Panthers mailbag: Are 3 first-round picks and McCaffrey too much to trade for Watson?

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Jonathan M. Alexander, Alaina Getzenberg
·5 min read
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The Carolina Panthers have been among the busiest NFL teams this offseason.

Last week, they released safety Tre Boston, punter Michael Palardy and defensive end Stephen Weatherly, and restructured the contract of center Matt Paradis.

Two weeks ago, the Panthers released Kawann Short. By the time free agency starts, barring any further moves, the Panthers should have about $31.5 million in salary cap space.

With that news comes speculation and questions about the quarterback.

Now, on to your questions:

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@jrand3 asks: Does Christian Miller fit into their plans for 2021?

It’s hard to tell at this point. But when Miller chose to opt out of the 2020 season, his contract was deferred one year. Now his contract expires in 2023.

If Miller does decide to come back for the 2021 season, I could see him being in the Panthers’ plans. For one, the Panthers need an edge rusher and Miller could possibly provide that depth.

He had two sacks in seven games during his rookie season. That is more than former Panthers defensive end Stephen Weatherly had in nine games in 2020. Carolina released Weatherly last week. Miller won’t cost much against the Panthers’ cap. His salary cap number for 2021 would be a little more than $1 million, according to overthecap.com.

So it makes sense for him to fit into their plans. However, Miller would have to decide that he wants to come back — and the world might still be in the midst of a pandemic when the 2021 season begins.

JMA

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@StupidNerdGuy asks: Even if they franchise (Taylor) Moton, do you see them getting a long-term deal done before the season?

The franchise tag is still an option for the Panthers to use on right tackle Taylor Moton, but a long-term deal is not out of the realm of possibilities as well.

Moton will still want to be paid what he and his team view as appropriate. With the cap situation down this year, the Panthers still have plenty of needs to address and less money to do it with, as does every team around the league. In an ideal world, the Panthers and Moton would both love to come together and sign him to a long-term deal, but it’s more complicated than that.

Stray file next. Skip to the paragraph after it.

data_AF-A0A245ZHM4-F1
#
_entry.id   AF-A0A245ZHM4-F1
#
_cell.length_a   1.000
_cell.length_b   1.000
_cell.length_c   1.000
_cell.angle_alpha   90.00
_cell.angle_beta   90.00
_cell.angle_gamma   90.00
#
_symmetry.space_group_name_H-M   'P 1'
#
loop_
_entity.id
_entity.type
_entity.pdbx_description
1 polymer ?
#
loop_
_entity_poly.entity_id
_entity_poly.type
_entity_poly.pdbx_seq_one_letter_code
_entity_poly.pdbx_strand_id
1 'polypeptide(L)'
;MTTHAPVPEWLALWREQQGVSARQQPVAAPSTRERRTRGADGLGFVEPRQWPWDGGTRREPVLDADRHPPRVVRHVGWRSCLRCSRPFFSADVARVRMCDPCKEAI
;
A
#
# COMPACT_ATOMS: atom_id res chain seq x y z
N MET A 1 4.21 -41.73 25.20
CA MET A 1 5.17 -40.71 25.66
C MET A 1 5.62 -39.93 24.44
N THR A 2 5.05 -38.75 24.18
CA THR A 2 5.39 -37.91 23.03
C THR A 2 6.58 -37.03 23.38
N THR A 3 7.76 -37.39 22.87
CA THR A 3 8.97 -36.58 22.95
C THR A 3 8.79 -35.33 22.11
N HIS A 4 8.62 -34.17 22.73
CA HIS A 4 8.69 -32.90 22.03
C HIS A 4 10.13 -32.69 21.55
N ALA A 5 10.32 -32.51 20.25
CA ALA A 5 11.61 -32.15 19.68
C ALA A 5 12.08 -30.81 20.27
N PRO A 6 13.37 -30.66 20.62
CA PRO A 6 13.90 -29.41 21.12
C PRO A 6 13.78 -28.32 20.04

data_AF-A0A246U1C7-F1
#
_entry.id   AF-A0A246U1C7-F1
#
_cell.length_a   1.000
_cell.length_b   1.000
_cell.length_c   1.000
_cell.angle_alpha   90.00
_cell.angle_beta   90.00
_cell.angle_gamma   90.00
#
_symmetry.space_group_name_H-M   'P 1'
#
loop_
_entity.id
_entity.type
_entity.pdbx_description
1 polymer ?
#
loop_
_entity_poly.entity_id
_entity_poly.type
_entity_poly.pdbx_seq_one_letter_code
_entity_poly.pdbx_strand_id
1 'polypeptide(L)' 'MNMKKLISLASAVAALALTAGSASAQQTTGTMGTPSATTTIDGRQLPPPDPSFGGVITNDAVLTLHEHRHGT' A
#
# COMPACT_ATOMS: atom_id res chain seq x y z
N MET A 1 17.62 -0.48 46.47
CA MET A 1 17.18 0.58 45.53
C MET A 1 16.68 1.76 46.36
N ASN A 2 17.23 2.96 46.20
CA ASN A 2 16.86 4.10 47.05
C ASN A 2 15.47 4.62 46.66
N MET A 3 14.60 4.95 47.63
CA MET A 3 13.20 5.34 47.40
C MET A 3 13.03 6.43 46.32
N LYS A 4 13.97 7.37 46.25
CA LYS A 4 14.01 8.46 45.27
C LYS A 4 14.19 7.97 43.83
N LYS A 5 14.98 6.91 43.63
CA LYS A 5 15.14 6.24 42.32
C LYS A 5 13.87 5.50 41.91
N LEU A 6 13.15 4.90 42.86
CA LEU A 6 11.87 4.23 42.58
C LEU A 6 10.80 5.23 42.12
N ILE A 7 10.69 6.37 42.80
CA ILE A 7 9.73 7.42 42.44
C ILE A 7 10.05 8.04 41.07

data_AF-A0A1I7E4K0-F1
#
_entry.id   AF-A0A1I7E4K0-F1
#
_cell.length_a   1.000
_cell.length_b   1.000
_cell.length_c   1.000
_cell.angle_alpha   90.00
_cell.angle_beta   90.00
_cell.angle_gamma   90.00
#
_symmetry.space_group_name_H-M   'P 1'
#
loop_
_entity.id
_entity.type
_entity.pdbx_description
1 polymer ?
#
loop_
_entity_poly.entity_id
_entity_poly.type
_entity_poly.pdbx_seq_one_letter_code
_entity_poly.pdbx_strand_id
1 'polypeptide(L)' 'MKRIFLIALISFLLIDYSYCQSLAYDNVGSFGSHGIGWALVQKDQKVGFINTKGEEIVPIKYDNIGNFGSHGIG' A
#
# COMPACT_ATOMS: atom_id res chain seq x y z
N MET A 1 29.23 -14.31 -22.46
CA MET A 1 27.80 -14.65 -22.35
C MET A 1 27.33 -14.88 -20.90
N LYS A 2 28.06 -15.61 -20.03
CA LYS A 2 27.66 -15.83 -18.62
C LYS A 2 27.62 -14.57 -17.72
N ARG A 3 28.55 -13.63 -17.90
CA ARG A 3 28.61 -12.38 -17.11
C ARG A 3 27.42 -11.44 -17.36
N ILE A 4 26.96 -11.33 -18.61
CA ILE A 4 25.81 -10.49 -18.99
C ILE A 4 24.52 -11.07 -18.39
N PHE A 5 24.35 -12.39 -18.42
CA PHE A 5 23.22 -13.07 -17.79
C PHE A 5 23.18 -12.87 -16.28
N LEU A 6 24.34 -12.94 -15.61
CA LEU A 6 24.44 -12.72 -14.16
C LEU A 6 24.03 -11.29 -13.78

It will depend on how the Panthers want to spend the rest of their money, if getting a trade done for Deshaun Watson is realistic and how the team views the tackle position in the draft. I think it’s plausible that a deal could get done, but I wouldn’t guarantee it. Moton could choose to gamble that he could get a larger contract in a likely more normal cap year in 2022. There are more factors involved than interest from both sides.

Check out The Observer’s full offensive line breakdown: Panthers can franchise tag Taylor Moton today. What that means for him and the O-Line

— AG

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@b_launders asks: What is the plan going ahead regarding QB? They stick with Teddy or try to unload him while using a draft pick on one?

I think all options are on the table at this point, whether that is trying to trade for a quarterback, drafting one or sticking with Bridgewater for another year.

I don’t think there’s one plan, because there isn’t a guarantee that plan could come to fruition.

For instance, there is no guarantee the Panthers will get Deshaun Watson.

And if Carolina drafts, say, Trey Lance, Bridgewater may end up starting Week 1, while Lance learns and develops.

There’s also the chance that the top four teams in the draft take one of the top four quarterbacks — Trevor Lawrence, Justin Fields, Zach Wilson and Lance.

Some draft experts believe Mac Jones would be a reach at No. 8, and perhaps the Panthers decide to go in a different direction other than quarterback. In that case, the team may have to hold onto Bridgewater.

JMA

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@NastyNate84 asks: Is 3 first round picks and Christian McCaffrey too much for Watson?

I think it depends on which first round picks. If the Panthers could somehow spread out those first round picks instead of giving up picks in consecutive years, then I wouldn’t be mad at that type of deal.

I do think Watson is a once-in-a-generation talent who could continue to be a great quarterback for the next 10 to 15 years.

However, I’d be nervous about giving up too many first-round draft picks, because it would stymie the Panthers’ ability to keep building.

Say Watson suffers an injury, or requests a trade, or Carolina is unable to pay him — then what?

I’ve said this numerous times. I don’t think the Panthers are a franchise quarterback away from the playoffs. They have many holes that free agency won’t be able to fix.

So three first-round picks spread out, along with McCaffrey, would likely be the most I’d be willing give up. I think the short shelf life of running backs and McCaffrey’s big contract is why I’d be OK with parting ways with him.

But I’m not giving up Brian Burns or Jeremy Chinn, which I think the Texans would also ask for in a trade. Watson is too valuable and it’s not like the Texans are just going to give him away.

JMA